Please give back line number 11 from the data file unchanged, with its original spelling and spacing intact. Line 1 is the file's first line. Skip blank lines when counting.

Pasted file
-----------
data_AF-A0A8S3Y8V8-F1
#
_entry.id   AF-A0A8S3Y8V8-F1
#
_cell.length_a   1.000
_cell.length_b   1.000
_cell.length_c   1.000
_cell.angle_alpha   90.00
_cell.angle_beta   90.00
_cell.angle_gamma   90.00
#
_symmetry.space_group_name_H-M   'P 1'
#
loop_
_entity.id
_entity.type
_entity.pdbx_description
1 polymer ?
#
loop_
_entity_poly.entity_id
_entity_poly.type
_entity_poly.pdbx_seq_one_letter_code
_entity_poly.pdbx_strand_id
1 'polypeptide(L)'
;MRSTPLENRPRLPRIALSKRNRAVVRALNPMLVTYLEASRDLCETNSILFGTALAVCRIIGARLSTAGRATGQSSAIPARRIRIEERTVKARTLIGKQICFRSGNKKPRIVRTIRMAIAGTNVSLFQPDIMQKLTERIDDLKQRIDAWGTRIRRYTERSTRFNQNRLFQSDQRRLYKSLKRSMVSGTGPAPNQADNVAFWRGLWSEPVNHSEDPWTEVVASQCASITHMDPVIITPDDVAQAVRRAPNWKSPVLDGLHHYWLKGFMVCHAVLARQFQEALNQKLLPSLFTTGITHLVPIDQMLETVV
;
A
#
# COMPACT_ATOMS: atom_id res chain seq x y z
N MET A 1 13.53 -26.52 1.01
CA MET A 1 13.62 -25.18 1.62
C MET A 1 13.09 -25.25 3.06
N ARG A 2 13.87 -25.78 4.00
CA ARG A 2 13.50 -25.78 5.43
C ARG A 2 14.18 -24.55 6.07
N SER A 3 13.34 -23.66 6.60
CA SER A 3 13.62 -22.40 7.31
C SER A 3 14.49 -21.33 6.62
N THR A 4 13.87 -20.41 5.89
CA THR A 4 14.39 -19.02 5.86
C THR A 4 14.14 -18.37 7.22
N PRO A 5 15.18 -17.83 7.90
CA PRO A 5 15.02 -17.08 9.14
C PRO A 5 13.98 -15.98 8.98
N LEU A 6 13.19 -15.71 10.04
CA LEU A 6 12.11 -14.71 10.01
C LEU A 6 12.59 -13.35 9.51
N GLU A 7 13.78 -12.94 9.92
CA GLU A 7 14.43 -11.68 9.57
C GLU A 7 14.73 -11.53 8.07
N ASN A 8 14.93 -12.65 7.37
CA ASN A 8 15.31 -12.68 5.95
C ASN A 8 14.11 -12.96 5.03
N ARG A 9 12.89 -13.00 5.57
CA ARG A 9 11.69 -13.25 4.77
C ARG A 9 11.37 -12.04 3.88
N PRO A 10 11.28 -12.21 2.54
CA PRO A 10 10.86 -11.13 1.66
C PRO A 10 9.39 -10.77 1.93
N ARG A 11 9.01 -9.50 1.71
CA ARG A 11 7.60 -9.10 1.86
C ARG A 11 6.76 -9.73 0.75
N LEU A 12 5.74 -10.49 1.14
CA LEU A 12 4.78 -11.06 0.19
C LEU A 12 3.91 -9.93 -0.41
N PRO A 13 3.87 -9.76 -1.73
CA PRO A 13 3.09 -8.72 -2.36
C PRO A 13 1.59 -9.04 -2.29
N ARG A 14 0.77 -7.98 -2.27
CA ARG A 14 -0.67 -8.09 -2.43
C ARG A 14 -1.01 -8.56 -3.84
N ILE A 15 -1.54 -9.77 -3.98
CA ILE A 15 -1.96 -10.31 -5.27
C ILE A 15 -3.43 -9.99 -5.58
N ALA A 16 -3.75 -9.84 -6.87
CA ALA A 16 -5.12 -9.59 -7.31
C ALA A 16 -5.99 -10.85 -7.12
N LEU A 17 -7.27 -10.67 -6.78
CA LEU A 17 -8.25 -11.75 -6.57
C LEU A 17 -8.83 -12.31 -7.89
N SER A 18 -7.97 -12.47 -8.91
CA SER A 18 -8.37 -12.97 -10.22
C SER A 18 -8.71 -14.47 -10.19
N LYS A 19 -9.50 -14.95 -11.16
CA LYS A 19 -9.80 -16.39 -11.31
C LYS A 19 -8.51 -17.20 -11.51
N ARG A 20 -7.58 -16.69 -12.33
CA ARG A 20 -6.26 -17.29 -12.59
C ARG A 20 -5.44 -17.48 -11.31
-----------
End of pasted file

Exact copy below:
#